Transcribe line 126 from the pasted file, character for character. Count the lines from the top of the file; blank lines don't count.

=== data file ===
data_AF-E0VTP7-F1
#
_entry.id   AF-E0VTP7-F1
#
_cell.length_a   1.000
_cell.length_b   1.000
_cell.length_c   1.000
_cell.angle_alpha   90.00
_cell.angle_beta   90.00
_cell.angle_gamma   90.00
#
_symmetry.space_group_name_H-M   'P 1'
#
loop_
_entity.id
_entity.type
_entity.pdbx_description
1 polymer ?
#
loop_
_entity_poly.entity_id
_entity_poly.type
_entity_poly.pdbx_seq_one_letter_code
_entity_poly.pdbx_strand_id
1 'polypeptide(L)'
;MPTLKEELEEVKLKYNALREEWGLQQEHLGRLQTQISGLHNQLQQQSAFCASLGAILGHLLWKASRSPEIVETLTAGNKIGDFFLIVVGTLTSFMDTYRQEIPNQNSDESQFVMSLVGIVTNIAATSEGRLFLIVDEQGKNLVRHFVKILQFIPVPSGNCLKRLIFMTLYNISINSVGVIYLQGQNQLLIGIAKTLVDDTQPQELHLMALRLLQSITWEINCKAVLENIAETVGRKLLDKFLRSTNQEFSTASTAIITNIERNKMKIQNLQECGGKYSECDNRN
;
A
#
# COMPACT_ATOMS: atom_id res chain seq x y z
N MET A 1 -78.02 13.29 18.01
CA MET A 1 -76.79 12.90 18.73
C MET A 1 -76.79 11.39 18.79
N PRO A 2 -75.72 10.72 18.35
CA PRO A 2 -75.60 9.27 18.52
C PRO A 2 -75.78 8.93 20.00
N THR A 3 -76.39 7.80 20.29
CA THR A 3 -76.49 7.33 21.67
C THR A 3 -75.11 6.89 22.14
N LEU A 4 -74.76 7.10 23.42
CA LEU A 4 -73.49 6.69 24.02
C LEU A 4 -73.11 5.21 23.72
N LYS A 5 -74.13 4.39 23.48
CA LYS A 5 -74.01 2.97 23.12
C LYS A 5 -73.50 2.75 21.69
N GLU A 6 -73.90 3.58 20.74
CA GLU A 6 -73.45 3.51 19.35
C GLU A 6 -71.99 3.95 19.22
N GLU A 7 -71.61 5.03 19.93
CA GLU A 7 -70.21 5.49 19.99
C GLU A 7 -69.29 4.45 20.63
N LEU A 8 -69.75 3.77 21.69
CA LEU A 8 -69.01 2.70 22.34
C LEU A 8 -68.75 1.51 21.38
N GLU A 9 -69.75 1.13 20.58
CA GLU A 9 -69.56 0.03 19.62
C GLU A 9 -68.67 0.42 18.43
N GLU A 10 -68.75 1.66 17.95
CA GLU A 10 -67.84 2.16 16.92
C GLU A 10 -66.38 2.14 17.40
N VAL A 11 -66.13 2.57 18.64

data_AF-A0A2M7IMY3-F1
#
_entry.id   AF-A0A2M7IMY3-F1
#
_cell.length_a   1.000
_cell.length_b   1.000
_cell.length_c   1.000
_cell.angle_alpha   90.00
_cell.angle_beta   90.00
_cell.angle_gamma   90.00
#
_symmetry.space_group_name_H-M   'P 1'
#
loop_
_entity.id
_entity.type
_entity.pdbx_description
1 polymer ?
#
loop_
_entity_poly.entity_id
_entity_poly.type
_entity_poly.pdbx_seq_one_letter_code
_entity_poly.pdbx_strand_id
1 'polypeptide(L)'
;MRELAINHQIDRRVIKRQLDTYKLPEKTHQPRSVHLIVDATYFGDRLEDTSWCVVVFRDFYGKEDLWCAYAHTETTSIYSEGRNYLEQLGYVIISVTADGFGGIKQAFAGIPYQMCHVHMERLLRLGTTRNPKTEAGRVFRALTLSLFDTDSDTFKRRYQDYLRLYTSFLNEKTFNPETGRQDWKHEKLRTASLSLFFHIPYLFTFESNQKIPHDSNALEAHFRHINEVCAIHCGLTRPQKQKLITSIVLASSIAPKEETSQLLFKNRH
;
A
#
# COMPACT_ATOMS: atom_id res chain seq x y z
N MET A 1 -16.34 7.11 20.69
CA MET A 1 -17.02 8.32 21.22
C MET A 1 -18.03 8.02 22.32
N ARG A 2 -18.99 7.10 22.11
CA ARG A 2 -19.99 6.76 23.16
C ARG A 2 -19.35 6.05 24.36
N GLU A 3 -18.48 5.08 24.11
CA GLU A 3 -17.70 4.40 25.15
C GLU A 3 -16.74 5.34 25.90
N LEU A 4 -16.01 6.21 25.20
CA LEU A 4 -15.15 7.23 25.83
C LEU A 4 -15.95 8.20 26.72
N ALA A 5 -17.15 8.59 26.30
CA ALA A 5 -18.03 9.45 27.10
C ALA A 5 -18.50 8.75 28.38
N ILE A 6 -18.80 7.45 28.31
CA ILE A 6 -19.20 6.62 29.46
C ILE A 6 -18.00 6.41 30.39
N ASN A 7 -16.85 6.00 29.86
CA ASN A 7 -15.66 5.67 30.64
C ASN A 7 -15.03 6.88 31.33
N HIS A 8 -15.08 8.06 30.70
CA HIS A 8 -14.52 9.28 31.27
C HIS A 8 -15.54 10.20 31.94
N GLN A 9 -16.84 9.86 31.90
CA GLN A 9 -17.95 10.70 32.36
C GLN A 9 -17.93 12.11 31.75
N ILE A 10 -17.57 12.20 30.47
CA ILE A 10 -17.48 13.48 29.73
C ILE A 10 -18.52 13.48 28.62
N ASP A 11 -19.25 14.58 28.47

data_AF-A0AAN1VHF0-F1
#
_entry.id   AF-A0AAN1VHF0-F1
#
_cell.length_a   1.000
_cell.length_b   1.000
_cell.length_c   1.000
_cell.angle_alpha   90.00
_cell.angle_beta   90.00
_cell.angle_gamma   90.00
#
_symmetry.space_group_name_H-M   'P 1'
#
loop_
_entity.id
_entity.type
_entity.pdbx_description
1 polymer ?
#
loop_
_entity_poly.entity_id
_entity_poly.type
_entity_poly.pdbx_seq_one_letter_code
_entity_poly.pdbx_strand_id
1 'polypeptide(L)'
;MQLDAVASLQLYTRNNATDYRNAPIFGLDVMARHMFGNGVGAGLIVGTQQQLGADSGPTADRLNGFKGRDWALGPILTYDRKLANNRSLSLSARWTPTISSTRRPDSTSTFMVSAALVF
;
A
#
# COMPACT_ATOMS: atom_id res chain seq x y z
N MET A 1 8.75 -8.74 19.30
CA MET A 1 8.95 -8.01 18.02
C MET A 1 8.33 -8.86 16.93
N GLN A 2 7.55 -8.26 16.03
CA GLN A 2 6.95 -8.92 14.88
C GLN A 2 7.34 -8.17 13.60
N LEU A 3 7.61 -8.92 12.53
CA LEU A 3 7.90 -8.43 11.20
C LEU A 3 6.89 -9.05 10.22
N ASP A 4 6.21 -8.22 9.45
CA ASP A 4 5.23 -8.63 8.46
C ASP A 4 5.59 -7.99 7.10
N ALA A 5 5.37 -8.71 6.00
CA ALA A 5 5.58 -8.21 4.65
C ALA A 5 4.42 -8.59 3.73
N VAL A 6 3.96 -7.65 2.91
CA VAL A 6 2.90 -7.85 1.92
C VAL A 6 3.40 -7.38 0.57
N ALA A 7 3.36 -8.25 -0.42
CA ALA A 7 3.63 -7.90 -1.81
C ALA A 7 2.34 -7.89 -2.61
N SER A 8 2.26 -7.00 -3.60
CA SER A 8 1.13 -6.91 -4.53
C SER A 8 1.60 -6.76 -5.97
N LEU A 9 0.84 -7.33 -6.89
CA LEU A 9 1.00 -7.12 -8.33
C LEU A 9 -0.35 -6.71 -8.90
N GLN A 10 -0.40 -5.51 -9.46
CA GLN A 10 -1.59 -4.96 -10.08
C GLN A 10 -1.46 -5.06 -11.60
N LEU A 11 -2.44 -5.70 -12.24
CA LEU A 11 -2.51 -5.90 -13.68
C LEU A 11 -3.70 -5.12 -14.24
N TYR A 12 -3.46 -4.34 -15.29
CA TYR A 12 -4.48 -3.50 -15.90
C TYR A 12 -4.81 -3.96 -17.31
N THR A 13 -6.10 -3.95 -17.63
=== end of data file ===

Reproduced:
#